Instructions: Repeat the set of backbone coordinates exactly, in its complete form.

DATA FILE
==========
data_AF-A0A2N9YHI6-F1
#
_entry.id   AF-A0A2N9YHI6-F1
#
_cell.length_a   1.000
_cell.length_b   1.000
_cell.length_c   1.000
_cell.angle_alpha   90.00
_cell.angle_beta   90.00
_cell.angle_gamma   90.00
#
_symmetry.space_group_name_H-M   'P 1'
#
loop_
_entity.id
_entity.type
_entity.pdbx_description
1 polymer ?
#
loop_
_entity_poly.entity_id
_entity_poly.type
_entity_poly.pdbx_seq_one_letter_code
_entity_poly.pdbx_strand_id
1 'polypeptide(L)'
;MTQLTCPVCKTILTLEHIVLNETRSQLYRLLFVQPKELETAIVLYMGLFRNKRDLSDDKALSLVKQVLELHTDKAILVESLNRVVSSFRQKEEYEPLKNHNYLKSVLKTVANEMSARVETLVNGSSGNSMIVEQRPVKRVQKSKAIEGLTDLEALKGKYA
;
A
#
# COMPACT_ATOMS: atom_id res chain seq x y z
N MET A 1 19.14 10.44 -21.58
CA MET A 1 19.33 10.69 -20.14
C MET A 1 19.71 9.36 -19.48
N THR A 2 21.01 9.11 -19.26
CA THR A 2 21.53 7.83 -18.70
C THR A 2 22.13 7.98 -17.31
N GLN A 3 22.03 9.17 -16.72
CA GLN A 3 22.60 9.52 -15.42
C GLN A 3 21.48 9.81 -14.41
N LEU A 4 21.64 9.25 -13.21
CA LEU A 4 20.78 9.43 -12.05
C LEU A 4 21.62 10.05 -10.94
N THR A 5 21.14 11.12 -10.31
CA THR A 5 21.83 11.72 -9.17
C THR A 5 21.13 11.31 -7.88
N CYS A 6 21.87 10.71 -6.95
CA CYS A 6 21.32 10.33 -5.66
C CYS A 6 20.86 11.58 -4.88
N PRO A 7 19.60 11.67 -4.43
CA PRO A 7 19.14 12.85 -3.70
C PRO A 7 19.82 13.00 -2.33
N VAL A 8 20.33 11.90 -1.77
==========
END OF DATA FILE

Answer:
data_AF-A0A2N9YHI6-F1
#
_entry.id   AF-A0A2N9YHI6-F1
#
_cell.length_a   1.000
_cell.length_b   1.000
_cell.length_c   1.000
_cell.angle_alpha   90.00
_cell.angle_beta   90.00
_cell.angle_gamma   90.00
#
_symmetry.space_group_name_H-M   'P 1'
#
loop_
_entity.id
_entity.type
_entity.pdbx_description
1 polymer ?
#
loop_
_entity_poly.entity_id
_entity_poly.type
_entity_poly.pdbx_seq_one_letter_code
_entity_poly.pdbx_strand_id
1 'polypeptide(L)'
;MTQLTCPVCKTILTLEHIVLNETRSQLYRLLFVQPKELETAIVLYMGLFRNKRDLSDDKALSLVKQVLELHTDKAILVESLNRVVSSFRQKEEYEPLKNHNYLKSVLKTVANEMSARVETLVNGSSGNSMIVEQRPVKRVQKSKAIEGLTDLEALKGKYA
;
A
#
# COMPACT_ATOMS: atom_id res chain seq x y z
N MET A 1 19.14 10.44 -21.58
CA MET A 1 19.33 10.69 -20.14
C MET A 1 19.71 9.36 -19.48
N THR A 2 21.01 9.11 -19.26
CA THR A 2 21.53 7.83 -18.70
C THR A 2 22.13 7.98 -17.31
N GLN A 3 22.03 9.17 -16.72
CA GLN A 3 22.60 9.52 -15.42
C GLN A 3 21.48 9.81 -14.41
N LEU A 4 21.64 9.25 -13.21
CA LEU A 4 20.78 9.43 -12.05
C LEU A 4 21.62 10.05 -10.94
N THR A 5 21.14 11.12 -10.31
CA THR A 5 21.83 11.72 -9.17
C THR A 5 21.13 11.31 -7.88
N CYS A 6 21.87 10.71 -6.95
CA CYS A 6 21.32 10.33 -5.66
C CYS A 6 20.86 11.58 -4.88
N PRO A 7 19.60 11.67 -4.43
CA PRO A 7 19.14 12.85 -3.70
C PRO A 7 19.82 13.00 -2.33
N VAL A 8 20.33 11.90 -1.77